From small screen to big-time activism, advocate shares passion for animals

Beverlee McGrath found her way into animal activism on the set of a TV show.

She played Lady Godiva in the 1960s television series “The Greatest Show on Earth,” a short-lived Desilu production that starred Jack Palance. McGrath, an Oxnard resident, said she saw how the large cats were treated on the show about a circus.

“The animals are heavily tranquilized and in inhumane situations,” said McGrath, who acted under the name Beverly or Beverlee Reed.

ROB VARELA/THE STAR McGrath uses a syringe to feed special formula to a baby cottontail bunny in the kitchen of her home in Oxnard.

ROB VARELA/THE STAR McGrath uses a syringe to feed special formula to a baby cottontail bunny in the kitchen of her home in Oxnard.

She went on to become the western regional director for the Doris Day Animal League and the Nevada state director for the Humane Society of the United States among other roles.

In California, McGrath’s efforts have included lobbying for legislation requiring the use of alternatives to animal testing for cosmetics and household items, adding agents to antifreeze to make them unpalatable to animals and banning the sale of dogs younger than 8 weeks.

McGrath, who is married to retired Superior court Judge Charles McGrath, has become a tireless lobbyist who not only works to pass bills through the California Legislature, but has also been singled out for recognition by the state of Nevada.

Nevada’s Legislature passed a proclamation honoring her efforts, establishing May 31, 2015 as Beverlee McGrath Day.

Mini-wildlife center

But it’s not just advocating for the animals.

McGrath has become an animal rehabilitation specialist at her home on a ranch off Gonzales Road, which is a satellite of the California Wildlife Center in Calabasas.

ROB VARELA/THE STAR Beverlee McGrath bottle feeds one of the three raccoons she is caring for in her Oxnard home.

These days, throughout her lovingly restored Victorian home, signs of her passion abound.

ROB VARELA/THE STAR Beverlee McGrath bottle feeds one of the three raccoons she is caring for in her Oxnard home.

A small cage in her kitchen houses tiny, 2-week-old rabbits that were found dehydrated. The back porch is currently home to three small raccoons that are entering what she calls “the biting stage,” where they are introduced to solid food. Across the property she has 14 cats and one dog wandering around.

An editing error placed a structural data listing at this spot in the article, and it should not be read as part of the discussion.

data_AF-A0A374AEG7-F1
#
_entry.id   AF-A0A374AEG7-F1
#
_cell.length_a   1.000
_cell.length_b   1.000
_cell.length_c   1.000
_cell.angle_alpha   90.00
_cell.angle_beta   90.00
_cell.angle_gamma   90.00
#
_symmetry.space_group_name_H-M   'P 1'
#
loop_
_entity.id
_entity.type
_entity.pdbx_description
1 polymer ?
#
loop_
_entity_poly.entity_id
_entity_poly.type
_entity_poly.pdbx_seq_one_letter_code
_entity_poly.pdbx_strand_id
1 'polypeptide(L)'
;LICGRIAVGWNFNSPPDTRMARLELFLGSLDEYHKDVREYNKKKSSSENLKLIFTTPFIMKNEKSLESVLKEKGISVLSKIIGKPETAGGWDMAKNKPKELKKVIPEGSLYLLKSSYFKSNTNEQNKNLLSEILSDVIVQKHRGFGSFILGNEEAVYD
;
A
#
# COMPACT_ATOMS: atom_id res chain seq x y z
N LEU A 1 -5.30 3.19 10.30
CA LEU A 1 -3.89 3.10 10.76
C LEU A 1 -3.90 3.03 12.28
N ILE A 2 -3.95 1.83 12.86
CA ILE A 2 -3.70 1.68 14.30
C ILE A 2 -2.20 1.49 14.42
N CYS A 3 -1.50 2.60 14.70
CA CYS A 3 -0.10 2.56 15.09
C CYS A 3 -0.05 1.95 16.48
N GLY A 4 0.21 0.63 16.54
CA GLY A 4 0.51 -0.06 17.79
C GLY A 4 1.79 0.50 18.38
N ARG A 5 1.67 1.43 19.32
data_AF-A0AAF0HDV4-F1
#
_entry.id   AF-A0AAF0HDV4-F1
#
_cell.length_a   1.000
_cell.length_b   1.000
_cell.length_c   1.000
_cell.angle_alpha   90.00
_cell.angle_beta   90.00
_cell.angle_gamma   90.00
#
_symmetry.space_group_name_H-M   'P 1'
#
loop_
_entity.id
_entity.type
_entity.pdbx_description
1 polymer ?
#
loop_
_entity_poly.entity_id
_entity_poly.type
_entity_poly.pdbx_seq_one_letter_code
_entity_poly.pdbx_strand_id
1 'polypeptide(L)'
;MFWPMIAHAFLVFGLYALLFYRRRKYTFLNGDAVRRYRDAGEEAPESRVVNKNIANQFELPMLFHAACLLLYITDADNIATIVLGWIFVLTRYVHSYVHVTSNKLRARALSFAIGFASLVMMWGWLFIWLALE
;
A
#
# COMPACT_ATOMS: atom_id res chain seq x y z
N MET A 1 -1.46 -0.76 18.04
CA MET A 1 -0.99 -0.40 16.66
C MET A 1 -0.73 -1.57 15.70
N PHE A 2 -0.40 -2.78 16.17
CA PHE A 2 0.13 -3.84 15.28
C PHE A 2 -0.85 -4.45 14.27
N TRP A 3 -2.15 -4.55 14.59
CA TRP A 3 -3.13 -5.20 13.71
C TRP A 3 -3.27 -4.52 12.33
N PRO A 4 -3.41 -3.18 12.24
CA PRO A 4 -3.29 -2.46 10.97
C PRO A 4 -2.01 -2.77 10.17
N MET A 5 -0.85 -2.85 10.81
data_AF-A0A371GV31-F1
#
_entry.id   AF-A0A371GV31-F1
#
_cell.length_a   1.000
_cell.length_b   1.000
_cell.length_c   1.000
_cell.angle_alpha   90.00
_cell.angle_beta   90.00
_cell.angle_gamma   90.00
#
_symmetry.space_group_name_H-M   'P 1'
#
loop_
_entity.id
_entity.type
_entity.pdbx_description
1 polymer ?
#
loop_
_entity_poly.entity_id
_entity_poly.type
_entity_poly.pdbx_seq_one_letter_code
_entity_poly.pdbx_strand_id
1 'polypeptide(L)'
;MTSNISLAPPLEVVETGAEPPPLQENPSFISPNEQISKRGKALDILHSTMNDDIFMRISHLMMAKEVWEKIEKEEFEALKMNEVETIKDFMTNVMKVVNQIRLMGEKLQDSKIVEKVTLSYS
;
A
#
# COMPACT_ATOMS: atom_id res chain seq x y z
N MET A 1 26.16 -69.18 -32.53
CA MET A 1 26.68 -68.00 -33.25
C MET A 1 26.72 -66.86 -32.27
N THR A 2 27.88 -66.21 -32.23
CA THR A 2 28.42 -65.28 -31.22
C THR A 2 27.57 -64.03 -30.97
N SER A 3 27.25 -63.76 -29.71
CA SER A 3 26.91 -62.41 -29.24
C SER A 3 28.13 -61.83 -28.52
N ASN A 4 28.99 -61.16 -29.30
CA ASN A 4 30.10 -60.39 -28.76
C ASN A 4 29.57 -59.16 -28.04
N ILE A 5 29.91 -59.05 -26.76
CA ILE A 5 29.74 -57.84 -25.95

“I’ve always had animals. I was raised in Wisconsin cleaning a chicken coop before I went to school and milking cows. I learned at an early age that all species have different personalities,” McGrath said.

In addition to the bunnies and raccoons now in residence, there is also an outdoor cage where she keeps squirrels that are being reintroduced to the tall trees on the property.

She explained that in most cases, she raises small mammals to be reintroduced to the wild. But from time to time the wildlife center allows her to release them at her home, where she keeps feeding stations outside so the animals don’t go hungry.
Endless energy

Endless Energy

ROB VARELA/THE STAR Beverlee McGrath looks for tree squirrels to feed on the grounds of her home in Oxnard.

ROB VARELA/THE STAR Beverlee McGrath looks for tree squirrels to feed on the grounds of her home in Oxnard.

Coming in from errands on a recent weekday morning, Charles McGrath said he supports his wife’s efforts. The couple met while she was working as a singer in a nightclub in Las Vegas. They were married in 1961. Her work with animals started around this time.

“I’m very proud of her. I admire her energy,” he said, adding that he also loves animals, especially the horses he can no longer ride because of a bad back.

Because of Beverlee’s demanding schedule — she feeds the rabbits every 90 minutes and the raccoons every three hours — the couple enjoys staying home watching British movies on television.

As president of Paw Political Action Committee, McGrath is currently keeping close tabs on various pieces of legislation going through the California Legislature, including a bill banning the use of bull hooks or other devices, such as baseball bats, to inflict pain on elephants, a gill-net bill that would phase out the nets that often catch and kill unwanted marine life only to be left in the ocean, and a beehive bill that would make it a civil action to “wrongfully and willfully” destroy hives or kill bees.”

“I track all the Legislature, writing letters of opposition and others of encouragement,” McGrath said, adding that she also informs a large network of others through emails and other media about animal-rights issues.

In her backyard, she has a pool set up to receive baby sea lions and seals, but was unable to secure the necessary permits to rehabilitate the animals, even though she lives very close to the ocean.

PDFwith Baby RaccoonMcGrath said that over the past 30 years she has seen a shift in how people interact with animals.

“What has helped the most in making animal cruelty a crime are television ads by the pet food industry showing animals living in clean homes. It’s done a lot to change the awareness of how important animals can be as members of the family,” she said.

For information about McGrath’s legislative issues, email her at bevddal@msn.com. For information about wildlife rescue, call the California Wildlife Center at 310-458-9453.


By Anne Kallas, Special to The Star

SOURCE: http://www.vcstar.com/lifestyle/from-small-screen-to-big-time-activism-advocate-shares-passion-for-animals-34dc980e-b00e-7494-e053-0-383971681.html

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